Women in New York City have a long history of taking to streets and stages to make their voices heard. The suffrage parades of the 1910s captured the attention of the city and helped convince men that women were engaged citizens who deserved the right to vote. This past weekend, 200,000 women and men again demanded a political voice right outside the doors of the New-York Historical Society.
Telling the Stories of Women on the March
The title of Ken Follett's new book about life during World War II, Winter of the World, is quite literal. "The triumph of Stalin's regime in the Soviet Union and Hitler's regime in Central Europe was a bloody tragedy for the human race. The keynote of that whole period was the struggle against the worst tyranny the world had ever known," he says. "The title Winter of the World perfectly captured the notion that my...Read More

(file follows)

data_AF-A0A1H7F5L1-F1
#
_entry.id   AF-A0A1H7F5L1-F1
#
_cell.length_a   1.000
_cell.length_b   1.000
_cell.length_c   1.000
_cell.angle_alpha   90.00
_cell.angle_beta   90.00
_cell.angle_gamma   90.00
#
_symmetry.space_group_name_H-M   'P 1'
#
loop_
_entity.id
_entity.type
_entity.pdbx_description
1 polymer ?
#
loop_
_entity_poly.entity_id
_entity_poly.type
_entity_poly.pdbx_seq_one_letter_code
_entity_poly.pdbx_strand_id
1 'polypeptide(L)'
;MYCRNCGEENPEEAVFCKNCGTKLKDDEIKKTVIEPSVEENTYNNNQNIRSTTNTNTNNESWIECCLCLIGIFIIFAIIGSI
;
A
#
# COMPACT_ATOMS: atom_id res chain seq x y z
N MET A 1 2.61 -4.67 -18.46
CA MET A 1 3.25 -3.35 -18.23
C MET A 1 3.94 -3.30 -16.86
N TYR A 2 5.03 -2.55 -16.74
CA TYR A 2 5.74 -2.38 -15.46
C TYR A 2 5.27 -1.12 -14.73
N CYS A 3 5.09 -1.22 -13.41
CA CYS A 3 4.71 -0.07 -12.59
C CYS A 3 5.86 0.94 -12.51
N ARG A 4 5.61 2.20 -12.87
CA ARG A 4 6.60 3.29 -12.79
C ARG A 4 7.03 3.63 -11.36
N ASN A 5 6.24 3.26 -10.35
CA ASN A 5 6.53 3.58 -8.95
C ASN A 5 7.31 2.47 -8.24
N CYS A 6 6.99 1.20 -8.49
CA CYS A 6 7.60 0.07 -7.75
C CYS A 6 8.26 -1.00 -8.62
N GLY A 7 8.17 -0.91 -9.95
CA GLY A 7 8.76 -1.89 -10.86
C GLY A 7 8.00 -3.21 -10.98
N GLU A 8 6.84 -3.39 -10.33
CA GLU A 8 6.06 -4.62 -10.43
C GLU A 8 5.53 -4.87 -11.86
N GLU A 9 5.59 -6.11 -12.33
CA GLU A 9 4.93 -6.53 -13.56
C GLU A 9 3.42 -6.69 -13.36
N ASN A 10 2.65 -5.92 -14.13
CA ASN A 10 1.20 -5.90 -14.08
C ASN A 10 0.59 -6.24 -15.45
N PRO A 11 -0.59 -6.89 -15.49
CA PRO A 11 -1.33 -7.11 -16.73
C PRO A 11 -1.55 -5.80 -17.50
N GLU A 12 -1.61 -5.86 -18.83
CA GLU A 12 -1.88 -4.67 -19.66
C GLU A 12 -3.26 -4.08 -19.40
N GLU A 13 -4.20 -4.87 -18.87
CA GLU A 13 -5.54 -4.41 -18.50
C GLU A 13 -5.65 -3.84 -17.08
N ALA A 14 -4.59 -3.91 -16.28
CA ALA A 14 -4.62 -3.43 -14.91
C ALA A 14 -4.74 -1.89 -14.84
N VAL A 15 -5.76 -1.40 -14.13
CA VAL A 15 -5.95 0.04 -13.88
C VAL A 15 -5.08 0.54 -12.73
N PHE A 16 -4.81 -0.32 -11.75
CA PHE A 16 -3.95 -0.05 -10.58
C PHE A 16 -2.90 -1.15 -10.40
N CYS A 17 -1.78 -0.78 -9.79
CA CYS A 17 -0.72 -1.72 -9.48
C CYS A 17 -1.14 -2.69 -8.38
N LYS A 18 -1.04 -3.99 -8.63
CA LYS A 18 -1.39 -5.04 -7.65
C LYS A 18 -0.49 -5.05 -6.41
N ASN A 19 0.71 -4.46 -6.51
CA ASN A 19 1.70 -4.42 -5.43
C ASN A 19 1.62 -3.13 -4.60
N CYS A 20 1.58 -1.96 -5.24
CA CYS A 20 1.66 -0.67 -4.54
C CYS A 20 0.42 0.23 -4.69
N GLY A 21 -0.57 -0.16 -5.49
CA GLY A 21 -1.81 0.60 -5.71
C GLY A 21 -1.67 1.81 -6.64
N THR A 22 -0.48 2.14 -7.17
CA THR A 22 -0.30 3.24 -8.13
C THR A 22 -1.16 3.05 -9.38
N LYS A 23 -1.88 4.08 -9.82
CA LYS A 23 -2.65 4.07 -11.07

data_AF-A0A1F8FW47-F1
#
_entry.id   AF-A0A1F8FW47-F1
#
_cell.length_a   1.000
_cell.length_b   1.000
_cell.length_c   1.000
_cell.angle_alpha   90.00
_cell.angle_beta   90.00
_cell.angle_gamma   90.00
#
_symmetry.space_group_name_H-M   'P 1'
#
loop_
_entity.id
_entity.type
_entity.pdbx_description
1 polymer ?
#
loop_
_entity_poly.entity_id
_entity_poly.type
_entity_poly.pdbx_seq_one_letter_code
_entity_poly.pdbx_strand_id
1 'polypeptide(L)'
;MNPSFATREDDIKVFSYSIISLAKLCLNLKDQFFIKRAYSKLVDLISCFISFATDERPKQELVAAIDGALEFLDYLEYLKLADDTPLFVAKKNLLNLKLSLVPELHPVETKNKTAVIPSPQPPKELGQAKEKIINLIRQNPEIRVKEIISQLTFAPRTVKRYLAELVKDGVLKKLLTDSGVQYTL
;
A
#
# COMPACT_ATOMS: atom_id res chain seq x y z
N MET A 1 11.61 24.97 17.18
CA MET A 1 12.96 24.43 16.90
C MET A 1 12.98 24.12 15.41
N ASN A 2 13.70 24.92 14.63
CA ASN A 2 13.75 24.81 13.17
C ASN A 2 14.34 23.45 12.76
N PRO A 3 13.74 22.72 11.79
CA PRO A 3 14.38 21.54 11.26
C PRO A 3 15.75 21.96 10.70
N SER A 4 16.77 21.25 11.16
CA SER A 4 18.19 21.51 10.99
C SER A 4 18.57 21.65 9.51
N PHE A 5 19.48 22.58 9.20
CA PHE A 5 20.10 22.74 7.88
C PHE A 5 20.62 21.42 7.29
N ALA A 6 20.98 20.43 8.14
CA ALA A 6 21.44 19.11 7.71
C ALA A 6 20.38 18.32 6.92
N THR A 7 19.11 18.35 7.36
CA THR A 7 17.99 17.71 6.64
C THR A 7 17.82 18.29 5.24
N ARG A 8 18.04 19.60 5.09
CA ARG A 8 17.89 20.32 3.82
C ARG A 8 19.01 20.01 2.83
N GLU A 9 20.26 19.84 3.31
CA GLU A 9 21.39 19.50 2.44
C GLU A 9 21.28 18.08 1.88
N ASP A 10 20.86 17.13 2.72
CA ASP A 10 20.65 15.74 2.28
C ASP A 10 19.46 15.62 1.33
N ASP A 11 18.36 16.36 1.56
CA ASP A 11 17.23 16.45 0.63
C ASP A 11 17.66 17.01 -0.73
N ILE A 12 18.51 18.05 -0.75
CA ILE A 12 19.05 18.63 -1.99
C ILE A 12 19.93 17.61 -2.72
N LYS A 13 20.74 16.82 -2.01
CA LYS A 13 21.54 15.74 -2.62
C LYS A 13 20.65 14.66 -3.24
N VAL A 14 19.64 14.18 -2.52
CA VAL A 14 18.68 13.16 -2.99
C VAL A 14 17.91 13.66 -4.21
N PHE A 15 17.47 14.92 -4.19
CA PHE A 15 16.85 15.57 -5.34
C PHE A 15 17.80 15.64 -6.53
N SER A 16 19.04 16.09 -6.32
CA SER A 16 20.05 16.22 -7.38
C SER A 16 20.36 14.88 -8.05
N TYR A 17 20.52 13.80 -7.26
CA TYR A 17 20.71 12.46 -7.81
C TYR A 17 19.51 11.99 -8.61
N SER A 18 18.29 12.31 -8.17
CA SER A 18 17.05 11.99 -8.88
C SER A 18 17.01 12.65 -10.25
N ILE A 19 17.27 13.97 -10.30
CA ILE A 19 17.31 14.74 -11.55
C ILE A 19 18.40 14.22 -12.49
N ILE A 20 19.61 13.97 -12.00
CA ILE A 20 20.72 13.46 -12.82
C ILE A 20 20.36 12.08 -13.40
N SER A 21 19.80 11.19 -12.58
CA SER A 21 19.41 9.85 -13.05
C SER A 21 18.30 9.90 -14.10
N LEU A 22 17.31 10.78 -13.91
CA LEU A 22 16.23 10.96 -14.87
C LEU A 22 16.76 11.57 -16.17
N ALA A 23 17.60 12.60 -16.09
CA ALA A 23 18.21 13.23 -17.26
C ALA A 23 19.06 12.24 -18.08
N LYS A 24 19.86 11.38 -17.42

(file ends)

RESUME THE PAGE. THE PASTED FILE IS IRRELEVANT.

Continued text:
This week, we had the rare and exceptional honor of welcoming the 1217 Hereford Magna Carta to the New-York Historical Society! It is now on view—for one week only—through September 30 alongside watershed documents from America’s founding era. Although the “Great Charter” was written centuries before the Declaration of Independence and the U.S. Constitution, the former undoubtedly influenced the latter.
American patriot leaders drew from a variety of sources when crafting the revolutionary writ and the...Read More
Museum & Library Map
Floor plan & visitor information
New-York Historical Society
170 Central Park West
at Richard Gilder Way (77th Street)
New York, NY 10024